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Down on the Farm – Jays milb Thoughts – July 23, 2011

July 24, 2011

DSL Jays – A day off on the island as the DSL All Star game runs tomorrow

GCL Jays – Making up for Friday’s abbreviated half-inning, the GCL Jays played for 15 innings today, completing the first game and playing the and over 7 innings.  With so much baseball, comes so much to say about baseball (such twisted, circular logic). To begin, a Section 203 favourite, SS Dickie Thon (1-2, HR (3), RBI, 2 R, BB, K) left the 1st game in the 5th inning, with his team ahead 9-6. His impact was already impressive, with the home run begin his 3rd in 3 games, after zero (and only 2 doubles) in his first 21 games. He’s only played 13 games in the field, so it is too early to assess his fielding ability as a pro, although reports from his amateur days were very positive. His .910 OPS is heavily skewed by his success against RHPs (1.009/.583 RHP/LHP split), but 16 at bats against southpaws is nothing to draw conclusions from. Thon has 10 hits in his last 21 at bats, with 6 walks against 5 Ks in that time frame for good measure.

Also appearing in only the 1st game, C Santiago Nessy (3-4, 2 RBI, R, K) continued a fine offensive season that has seen him put together an .823 OPS in his first 17 games in North America. Nessy has yet to display the power-potential with accompanied his signing with in-game success, but he is hitting pitchers from both sides well, while learning what it takes to make it behind the dish. His secondary skills still need work though, as, beyond the power issue, in 227 plate appearances between last year in the DSL and now in the GCL, Nessy has a 57/18 K/BB rate. He has also struggled with baserunners, allowing steals on 72 of 91 attempts (a below average 21% CS rate). Still, he won’t turn 19 until December and will receive many more chances to take his game to the next level.

He may already be my favourite player in the system 2B/SS Jorge Vega-Rosado (1-5, HR (4), 3 RBI, 3 R, BB, 2 K, 2 SB/2-5, R, 2 K) had another memorable day, barring the 4 Ks. Those whiffs notwithstanding, his approach has been solid thus far, with a 24/12 K/BB rate. All 7 of his errors came as a SS (4 throwing errors, 3 fielding), with flawless play at 2B, his most likely future home, if for no other reason than his diminutive frame (5-8″, 175). Still, as long as his play at short is passable, JV-R can continue his quest towards a utility role.

The singles watch on LF/DH Eric Arce (2-5, RBI, R, BB, K/2-3, HR (6), 3 RBI, BB, K) continues. With 4 hits over both games (3 singles!) Arce now has amassed 18 hits over 78 at bats since signing. 11 (61.1%) were for extra bases, as the three singles up his single rate from 28.6% yesterday to 38.9% now. He doesn’t always swing, but when he does, he wings for the fences.

Bluefield Blue Jays – LHP Mitchell Taylor (5 IP, 4 H, 1 R, 1 BB, 4 K, 1 HR) lasts 5 full innings for the first time in his career. The reed-thin southpaw (6-0″, 155) was drafted out of a Texas high school with the Jays’ 7th round pick last year and signed too late to make a 2010 debut. He had a rough first couple of outings, surrendering 9 runs (7 earned) over 7.1 innings. Since then, Taylor has pitched 20.2innings over 5 appearances, allowing 17 hits, only 1 home run, 4 runs ( 1.74 ERA), 8 walks, and 16 strike outs. Actually, it is a little bit funny that his K/BB rates were much better when he was otherwise getting hit hard (9/2 over those first two appearances.)  He has yet to face enough left-handed batters to know if he would make a good LOOGY candidate if starting doesn’t work out. As with most 19-year-olds, there’s still plenty of time to figure that out.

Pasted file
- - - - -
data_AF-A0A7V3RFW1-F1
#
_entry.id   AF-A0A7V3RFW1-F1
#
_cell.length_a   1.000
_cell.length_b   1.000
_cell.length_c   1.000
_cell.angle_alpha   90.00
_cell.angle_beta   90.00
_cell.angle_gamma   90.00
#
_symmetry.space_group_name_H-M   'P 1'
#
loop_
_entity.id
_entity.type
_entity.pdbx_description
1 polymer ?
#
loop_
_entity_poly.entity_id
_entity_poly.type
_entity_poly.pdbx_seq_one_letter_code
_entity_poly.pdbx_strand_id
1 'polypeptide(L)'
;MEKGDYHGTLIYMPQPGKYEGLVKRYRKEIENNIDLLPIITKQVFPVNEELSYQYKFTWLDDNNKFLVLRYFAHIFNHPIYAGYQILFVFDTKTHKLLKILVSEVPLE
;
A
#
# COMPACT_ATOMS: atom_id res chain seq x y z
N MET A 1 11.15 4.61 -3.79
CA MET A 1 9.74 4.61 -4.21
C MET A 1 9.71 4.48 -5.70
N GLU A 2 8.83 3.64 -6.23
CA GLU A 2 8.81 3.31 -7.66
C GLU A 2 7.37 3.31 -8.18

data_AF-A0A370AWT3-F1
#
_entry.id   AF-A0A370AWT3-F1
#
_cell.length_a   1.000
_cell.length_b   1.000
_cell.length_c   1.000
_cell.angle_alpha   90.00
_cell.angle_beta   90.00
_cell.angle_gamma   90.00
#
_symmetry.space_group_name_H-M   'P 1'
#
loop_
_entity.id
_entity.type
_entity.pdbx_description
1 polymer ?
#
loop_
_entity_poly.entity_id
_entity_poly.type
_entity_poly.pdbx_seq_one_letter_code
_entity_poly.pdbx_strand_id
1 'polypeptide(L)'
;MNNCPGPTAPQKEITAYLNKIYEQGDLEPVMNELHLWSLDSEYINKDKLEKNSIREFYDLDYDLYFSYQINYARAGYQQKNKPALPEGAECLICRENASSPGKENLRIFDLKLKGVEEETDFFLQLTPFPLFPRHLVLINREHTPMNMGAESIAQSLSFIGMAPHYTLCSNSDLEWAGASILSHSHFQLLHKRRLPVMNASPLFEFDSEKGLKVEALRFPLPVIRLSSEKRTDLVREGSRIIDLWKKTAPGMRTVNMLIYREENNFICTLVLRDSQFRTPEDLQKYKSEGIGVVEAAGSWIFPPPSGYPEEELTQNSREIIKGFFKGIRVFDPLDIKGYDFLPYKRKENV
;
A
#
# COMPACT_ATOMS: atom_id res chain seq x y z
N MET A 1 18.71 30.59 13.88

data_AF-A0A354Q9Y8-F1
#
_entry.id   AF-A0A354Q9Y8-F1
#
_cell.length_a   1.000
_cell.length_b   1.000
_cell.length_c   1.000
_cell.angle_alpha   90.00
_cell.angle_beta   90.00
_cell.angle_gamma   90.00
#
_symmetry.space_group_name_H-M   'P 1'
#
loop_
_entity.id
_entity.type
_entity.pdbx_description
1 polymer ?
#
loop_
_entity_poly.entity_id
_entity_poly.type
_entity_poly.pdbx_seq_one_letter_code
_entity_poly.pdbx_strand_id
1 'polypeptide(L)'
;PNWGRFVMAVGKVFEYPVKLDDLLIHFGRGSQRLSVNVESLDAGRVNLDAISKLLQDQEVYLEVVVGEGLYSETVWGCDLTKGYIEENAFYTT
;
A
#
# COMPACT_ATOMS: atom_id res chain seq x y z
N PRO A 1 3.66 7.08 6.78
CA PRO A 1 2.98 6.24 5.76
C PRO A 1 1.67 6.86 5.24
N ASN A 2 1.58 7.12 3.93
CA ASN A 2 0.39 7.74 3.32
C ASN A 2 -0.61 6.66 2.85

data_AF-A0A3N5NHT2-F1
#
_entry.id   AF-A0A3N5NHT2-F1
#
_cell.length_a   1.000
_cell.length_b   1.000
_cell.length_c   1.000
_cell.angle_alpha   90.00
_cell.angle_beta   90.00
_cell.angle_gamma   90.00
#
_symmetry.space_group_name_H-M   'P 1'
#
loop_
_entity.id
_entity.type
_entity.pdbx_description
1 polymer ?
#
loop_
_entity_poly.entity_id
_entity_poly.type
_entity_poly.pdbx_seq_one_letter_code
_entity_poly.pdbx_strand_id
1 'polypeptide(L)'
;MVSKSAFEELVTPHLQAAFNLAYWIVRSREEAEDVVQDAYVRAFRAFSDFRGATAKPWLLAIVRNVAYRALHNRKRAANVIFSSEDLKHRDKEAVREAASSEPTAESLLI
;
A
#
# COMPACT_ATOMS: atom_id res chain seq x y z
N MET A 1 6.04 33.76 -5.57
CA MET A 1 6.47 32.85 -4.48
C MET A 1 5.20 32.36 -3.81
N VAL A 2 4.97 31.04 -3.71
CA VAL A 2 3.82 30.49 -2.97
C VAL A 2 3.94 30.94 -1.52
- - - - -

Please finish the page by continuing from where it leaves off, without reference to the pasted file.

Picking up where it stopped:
Vancouver Canadians – Just to prove that I don’t always write about the pleasant end of the prospect scene, LF/DH Stephen McQuail (0-4, 4 K) picks up the dreaded Golden Sombrero. I had mentioned previously that his approach led to an inordinate amount of strikeouts. Now striking out in 36.8% of his at bats. The power is there, but he doesn’t walk nearly enough to qualify as a three-true-outcomes player. His K/BB rate now stands at 4.2. It bears mentioning, that while it was previously noted that McQuail struggles against lefties, all 4 of this game’s whiffs came against righties. With only 3 hits in his last 21 at bats, it is time for him to adjust his approach.

Lansing Lugnuts – Although I gave him a rather scathing report after heading down to Lansing a few months ago, anyone who can play up the middle should not be written off too quickly, even if he doesn’t always play there. In this game, he conceded CF to Jake Marisnick, but RF Markus Brisker (1-3, HR (4), 2 RBI, @, BB, K, SB) had a positive return from 3 weeks on the side-lines due to injury. The stolen base was as the trailing runner in a double steal that saw teammate SS Gari Pena swipe home. Brisker, as mentioned before, is a very raw athlete who, now in his 4th professional season, has yet to turn those tools into baseball skills. He has made some improvement, with this season marking his best sustained performance as a pro, but that peak still only amounts to an OPS of .730. Almost acceptable for a top-line starting CF. While I said that Brisker can play CF, he is not the best one on his team and quite deep on the depth chart through the organization. The tools are still there, but more skill would have already emerged if Brisker were to actuate them.

Signed last year as an undrafted free agent out of small Albright College in southeastern Pennsylvania, RHP Casey Lawrence (7 IP, 2 H, 0 R, 3 BB, 4 K) has proven to be quite the find for the Blue Jays’ scouting staff. At 23 years of age, he is old for Low A, but with his background, his current competition is likely the most strenuous he has ever faced. Not just on a regular basis, but in is life. Ever. Averaging nearly 5.2 innings per appearance (high for Low-A), Lawrence’s composite ERA is 2.93 in 181 innings. Lawrence’s great 4.28 K/BB rate belies his subpar K/9 rate of 6.8. The Jays have already given Lawrence the mild reward of a cameo start at High A Dunedin when the need arose earlier this season. That start resembled strongly his standard start in Low A. Over 6 innings, he allowed only 2 runs, but only struck out a single batter, with no walks. He is what he is, a guy who can soak innings between the outings of the prospects of deeper pedigree. It’s not bad work if you can get it.